But Knee, being the greatest of all time, would not suffer in mediocrity for long in Tekken 7. Beginning with EVO Japan 2018, he quickly regained his confidence by winning the whole thing against teammate Seong-ho Chanel” Kang. He went into the Tekken World Tour finals that year as the top ranked player in the circuit. Knee found himself in yet another grand final confrontation at TWT 2018 — but lost to Jeong “Rangchu” Hyeon-ho in one of the most astonishing endings to the world championship competition to date.

Photo via Robert Paul

2019 and Onwards

Nevertheless, it became crystal clear that Knee was back, and stronger than ever. By the end of 2018, Knee had placed no lower than third at 11 major tournaments, and had retaken his title as one of the very best in the world. His biggest challenge, however, was just waiting for him around the corner the next year.

That challenge was one Arslan “Arslan Ash” Siddique — one of the biggest breakout stories in all of esports in 2019. The young gun from Pakistan had Knee’s number at EVO Japan, where the veteran was unable to defend his title. Arslan would hound him yet again in their rematch at the grand finals of EVO 2019, thus denying Knee of his third ever EVO title.

And yet again, his goal of becoming Tekken World Tour champion would elude him as well. Soo-hoon “Ulsan” Lim thrashed Knee 3-0 in the lower bracket finals of TWT 2019, sending him hope disappointed once more.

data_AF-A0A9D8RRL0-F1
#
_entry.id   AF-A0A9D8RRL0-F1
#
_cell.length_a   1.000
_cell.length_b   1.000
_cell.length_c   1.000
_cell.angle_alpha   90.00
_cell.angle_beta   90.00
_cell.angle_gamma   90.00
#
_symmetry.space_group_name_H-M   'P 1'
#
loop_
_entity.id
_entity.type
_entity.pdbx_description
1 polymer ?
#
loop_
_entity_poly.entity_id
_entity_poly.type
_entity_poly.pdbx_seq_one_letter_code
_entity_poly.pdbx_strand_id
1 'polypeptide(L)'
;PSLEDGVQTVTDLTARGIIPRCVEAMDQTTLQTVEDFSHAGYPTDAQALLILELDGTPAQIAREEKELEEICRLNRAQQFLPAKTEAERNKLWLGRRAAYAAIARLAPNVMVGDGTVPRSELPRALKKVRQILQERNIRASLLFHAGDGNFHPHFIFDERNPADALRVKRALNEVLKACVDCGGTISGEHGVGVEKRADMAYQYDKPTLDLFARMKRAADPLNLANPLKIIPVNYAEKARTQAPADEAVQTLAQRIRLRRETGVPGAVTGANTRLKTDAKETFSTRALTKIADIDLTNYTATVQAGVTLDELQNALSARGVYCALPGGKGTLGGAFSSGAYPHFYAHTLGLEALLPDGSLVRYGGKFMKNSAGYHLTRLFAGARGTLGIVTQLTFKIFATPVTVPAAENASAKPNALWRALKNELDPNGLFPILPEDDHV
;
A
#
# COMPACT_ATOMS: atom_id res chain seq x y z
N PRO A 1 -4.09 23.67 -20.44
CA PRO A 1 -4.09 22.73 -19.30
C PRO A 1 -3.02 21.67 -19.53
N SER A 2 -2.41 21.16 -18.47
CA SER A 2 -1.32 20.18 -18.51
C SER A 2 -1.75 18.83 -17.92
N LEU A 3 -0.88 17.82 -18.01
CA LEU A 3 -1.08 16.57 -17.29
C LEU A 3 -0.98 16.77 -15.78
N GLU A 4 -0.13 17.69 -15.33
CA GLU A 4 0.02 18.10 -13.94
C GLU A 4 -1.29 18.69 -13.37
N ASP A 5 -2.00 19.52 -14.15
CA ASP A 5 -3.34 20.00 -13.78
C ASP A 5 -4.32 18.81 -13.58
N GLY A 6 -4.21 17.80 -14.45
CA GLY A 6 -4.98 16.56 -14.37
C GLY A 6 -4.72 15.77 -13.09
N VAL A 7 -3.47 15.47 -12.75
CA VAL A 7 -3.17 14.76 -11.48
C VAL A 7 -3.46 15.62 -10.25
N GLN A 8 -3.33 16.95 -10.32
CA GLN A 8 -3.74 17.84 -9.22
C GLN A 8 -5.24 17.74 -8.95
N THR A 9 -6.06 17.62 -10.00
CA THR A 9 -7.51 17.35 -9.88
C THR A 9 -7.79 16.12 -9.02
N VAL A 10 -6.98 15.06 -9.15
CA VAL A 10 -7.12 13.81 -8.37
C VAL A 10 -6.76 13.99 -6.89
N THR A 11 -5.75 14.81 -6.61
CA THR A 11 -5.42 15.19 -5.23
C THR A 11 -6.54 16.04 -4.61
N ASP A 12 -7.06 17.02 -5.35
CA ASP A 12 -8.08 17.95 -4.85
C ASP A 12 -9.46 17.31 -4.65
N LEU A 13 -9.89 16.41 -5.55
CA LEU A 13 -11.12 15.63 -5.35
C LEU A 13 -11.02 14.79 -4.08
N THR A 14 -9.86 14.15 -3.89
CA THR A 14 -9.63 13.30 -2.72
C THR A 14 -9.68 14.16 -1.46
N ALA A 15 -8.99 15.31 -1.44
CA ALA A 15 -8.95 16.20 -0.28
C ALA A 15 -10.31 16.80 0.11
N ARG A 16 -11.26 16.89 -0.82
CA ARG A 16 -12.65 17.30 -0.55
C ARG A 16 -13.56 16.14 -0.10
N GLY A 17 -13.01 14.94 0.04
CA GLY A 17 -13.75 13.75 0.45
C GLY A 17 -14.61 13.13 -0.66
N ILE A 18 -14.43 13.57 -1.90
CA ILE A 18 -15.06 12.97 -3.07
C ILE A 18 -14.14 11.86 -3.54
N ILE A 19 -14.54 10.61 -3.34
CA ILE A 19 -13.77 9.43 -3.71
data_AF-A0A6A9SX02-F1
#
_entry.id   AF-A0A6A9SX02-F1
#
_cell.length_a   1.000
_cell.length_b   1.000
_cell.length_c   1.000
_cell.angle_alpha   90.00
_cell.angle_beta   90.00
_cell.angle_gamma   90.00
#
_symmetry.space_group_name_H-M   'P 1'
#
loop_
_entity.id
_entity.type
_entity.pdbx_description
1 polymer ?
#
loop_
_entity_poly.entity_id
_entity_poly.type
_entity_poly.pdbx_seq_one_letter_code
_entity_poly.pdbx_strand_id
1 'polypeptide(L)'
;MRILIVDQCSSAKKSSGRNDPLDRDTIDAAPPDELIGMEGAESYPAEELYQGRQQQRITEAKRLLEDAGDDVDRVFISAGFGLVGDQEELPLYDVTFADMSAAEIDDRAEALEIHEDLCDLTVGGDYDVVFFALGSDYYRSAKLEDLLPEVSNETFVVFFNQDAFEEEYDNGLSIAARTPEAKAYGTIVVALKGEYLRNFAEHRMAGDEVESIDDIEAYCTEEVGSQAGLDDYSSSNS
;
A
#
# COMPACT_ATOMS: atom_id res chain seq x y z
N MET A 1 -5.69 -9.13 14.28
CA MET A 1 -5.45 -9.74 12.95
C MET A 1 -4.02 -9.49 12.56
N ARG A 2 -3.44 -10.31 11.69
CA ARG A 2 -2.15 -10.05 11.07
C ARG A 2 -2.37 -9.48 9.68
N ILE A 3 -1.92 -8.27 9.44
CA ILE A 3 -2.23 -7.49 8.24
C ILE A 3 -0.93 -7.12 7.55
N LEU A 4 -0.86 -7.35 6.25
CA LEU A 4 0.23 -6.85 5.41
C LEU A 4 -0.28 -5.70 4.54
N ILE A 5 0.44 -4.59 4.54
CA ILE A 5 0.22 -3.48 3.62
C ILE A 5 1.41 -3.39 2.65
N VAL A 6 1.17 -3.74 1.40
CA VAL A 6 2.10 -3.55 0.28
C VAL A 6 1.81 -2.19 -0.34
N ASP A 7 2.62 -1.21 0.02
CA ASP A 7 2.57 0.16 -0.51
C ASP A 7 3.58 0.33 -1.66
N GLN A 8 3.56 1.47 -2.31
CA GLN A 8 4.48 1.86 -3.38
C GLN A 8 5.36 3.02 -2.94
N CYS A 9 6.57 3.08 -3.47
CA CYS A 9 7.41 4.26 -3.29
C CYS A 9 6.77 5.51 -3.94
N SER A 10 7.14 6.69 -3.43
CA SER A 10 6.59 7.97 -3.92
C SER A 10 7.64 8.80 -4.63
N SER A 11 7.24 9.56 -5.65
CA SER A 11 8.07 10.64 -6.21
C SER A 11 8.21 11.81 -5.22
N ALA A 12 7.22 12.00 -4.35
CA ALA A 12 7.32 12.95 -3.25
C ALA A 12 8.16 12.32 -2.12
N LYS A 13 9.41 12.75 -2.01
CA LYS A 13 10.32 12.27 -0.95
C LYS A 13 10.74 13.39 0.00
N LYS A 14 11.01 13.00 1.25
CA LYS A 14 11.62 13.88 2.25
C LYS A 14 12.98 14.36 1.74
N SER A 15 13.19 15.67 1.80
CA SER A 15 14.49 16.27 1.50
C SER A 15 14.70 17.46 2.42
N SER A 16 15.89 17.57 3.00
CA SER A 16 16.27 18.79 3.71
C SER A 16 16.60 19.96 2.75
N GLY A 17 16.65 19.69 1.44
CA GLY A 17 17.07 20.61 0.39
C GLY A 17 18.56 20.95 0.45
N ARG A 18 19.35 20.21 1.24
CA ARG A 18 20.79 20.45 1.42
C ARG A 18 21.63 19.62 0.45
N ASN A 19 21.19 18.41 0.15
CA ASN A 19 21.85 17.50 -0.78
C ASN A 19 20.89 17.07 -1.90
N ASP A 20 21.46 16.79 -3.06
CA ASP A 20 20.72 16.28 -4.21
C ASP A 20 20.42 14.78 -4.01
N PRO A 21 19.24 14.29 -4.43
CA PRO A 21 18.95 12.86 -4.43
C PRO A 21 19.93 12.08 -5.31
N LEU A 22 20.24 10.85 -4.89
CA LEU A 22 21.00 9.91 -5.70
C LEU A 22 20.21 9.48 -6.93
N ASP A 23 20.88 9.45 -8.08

Photo by Red Bull Gaming

The COVID-19 pandemic would hit soon thereafter, just four months after his defeat at Ulsan’s hands. Until Red Bull Kumite, Knee himself kept relatively quiet in the scene, but definitely did not miss a beat upon his return to offline play. Although he failed to capture the title in Vegas, Knee was elated at the chance to play others face to face again after so long.

“Offline events are much more dynamic. [Red Bull Kumite] was a big event, so [being back in an offline tournament] was really exciting,” said Knee.

A Legend Standing His Ground

He is, therefore, still one of the “gatekeepers” of Tekken, so to speak. Those that seek the title of King of Iron Fist will always have to consider Knee as the final boss, due to his genius-level understanding of the game and extreme versatility in terms of characters.

There truly is no one else that deserves the title of “master of Tekken” more than Knee does. With the ability to pick and choose who to play as at the highest level, he forces his rivals to stay on his toes.

“He actually used Devil Jin in some of the online tournaments [this year] against me, so I wasn’t surprised that he used Devil Jin offline,” said Gen after playing against Knee at Red Bull Kumite. “To me, seeing him switch from Steve to Devil Jin meant that I’d forced him to not want to use Steve. That’s vital when playing against Knee.”

And with Knee still being this good well into his late thirties, there’s no doubt that he will continue to be a force in the Tekken competitive scene until he decides to retire.

Until then, young up-and-comers like Gen continue to have him to look up to.

Patrick Bonifacio -

Patrick Bonifacio

| Twitter: @EthanKairos_

Patrick has been around in the esports industry since 2013, having started off covering both StarCraft II and Dota 2. He still plays the latter to this day, with 15 years of experience and counting. In his spare time, he plays as a lovely catgirl in Final Fantasy XIV.